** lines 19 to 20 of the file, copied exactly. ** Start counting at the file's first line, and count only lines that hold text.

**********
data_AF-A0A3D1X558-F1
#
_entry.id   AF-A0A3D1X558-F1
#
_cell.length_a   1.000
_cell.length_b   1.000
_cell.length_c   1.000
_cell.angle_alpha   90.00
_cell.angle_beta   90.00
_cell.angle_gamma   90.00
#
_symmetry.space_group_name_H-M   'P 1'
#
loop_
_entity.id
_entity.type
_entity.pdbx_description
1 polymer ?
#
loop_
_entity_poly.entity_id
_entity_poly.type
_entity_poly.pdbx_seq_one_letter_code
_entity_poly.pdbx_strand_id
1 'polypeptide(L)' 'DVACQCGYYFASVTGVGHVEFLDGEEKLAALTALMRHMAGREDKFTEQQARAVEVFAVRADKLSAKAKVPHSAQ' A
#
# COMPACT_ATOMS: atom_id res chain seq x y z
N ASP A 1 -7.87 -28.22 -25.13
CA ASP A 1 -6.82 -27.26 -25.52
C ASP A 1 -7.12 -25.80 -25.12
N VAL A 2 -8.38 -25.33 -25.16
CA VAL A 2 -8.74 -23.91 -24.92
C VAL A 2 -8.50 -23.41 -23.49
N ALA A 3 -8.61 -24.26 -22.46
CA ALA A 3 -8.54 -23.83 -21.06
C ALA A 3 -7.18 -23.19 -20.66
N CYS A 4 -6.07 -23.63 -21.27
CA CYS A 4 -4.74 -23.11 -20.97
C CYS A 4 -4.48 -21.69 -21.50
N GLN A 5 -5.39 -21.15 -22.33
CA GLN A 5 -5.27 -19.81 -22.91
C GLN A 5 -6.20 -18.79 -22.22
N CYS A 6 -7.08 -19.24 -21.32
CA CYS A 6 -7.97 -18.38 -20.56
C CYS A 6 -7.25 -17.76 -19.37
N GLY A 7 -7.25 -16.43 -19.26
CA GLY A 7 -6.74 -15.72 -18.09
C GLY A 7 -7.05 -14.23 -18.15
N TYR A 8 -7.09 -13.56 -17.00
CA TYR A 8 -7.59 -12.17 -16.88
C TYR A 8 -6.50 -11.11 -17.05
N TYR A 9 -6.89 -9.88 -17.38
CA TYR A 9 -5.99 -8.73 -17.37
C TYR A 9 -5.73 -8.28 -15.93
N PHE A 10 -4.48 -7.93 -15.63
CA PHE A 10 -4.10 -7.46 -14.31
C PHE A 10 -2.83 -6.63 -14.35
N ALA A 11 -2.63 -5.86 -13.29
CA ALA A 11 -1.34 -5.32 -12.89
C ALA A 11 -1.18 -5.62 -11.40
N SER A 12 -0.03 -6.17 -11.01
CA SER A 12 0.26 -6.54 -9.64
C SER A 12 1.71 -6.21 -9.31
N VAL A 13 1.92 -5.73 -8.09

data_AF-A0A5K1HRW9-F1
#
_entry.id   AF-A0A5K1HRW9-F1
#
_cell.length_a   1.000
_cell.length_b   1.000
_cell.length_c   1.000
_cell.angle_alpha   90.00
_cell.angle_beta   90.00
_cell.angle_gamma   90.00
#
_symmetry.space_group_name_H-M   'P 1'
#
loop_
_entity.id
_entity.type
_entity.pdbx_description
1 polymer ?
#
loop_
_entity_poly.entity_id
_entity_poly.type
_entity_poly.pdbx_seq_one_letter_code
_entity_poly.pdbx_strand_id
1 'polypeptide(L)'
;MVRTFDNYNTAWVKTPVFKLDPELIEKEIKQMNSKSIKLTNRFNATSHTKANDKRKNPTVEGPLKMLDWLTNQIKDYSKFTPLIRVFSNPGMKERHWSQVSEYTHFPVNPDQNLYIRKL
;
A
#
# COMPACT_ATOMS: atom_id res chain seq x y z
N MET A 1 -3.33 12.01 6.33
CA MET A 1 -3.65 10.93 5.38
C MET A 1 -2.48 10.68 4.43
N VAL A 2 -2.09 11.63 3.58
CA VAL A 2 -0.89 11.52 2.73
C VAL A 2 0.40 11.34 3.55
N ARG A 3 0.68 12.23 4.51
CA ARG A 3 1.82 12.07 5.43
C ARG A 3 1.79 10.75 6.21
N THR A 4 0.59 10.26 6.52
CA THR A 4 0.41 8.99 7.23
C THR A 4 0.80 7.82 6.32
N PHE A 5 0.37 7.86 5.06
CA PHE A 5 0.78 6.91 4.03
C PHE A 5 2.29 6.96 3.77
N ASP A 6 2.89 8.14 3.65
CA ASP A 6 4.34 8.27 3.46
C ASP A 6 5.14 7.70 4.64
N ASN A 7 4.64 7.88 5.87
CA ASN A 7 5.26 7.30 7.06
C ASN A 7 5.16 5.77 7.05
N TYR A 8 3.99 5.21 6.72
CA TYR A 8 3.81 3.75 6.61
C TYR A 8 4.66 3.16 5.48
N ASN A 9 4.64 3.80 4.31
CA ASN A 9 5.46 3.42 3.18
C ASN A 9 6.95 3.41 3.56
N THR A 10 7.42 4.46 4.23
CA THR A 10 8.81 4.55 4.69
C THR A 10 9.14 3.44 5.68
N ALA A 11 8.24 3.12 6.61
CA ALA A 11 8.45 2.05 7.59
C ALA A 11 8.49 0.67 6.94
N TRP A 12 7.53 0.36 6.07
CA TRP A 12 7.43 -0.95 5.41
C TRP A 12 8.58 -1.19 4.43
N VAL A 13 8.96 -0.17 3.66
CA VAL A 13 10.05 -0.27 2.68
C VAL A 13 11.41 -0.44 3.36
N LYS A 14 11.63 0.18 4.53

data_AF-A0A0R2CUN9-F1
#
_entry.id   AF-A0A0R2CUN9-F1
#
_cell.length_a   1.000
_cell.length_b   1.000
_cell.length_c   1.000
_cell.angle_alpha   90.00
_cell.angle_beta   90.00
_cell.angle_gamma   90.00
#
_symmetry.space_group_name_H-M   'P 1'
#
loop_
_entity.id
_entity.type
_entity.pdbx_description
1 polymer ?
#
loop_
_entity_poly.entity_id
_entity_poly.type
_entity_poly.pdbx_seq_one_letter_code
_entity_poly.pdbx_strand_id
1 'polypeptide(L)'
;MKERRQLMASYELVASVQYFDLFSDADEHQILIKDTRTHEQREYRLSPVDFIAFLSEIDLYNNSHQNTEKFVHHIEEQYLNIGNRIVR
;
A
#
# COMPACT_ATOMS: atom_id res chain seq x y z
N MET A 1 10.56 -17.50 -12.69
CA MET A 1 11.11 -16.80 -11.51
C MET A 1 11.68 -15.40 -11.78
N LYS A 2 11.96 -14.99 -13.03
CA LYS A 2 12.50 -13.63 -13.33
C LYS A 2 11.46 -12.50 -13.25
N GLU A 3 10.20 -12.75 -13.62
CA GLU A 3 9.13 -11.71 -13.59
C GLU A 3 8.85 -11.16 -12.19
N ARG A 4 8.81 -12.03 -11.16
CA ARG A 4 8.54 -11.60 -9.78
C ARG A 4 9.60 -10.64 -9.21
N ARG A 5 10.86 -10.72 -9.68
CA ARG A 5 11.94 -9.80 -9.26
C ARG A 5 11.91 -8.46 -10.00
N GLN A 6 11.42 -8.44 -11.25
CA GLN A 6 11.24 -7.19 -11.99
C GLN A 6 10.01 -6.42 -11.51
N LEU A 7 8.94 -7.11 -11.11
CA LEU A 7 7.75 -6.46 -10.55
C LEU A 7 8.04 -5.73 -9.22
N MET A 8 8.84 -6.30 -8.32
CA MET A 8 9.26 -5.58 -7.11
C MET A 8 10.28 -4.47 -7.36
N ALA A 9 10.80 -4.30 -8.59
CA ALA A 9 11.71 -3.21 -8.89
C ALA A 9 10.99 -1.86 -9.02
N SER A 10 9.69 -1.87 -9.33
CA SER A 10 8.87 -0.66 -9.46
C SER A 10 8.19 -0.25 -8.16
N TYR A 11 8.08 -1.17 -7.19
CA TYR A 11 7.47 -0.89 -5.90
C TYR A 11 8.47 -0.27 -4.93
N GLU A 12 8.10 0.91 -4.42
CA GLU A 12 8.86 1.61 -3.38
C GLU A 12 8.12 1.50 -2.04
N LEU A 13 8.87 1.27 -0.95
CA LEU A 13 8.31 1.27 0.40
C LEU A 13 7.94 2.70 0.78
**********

#
loop_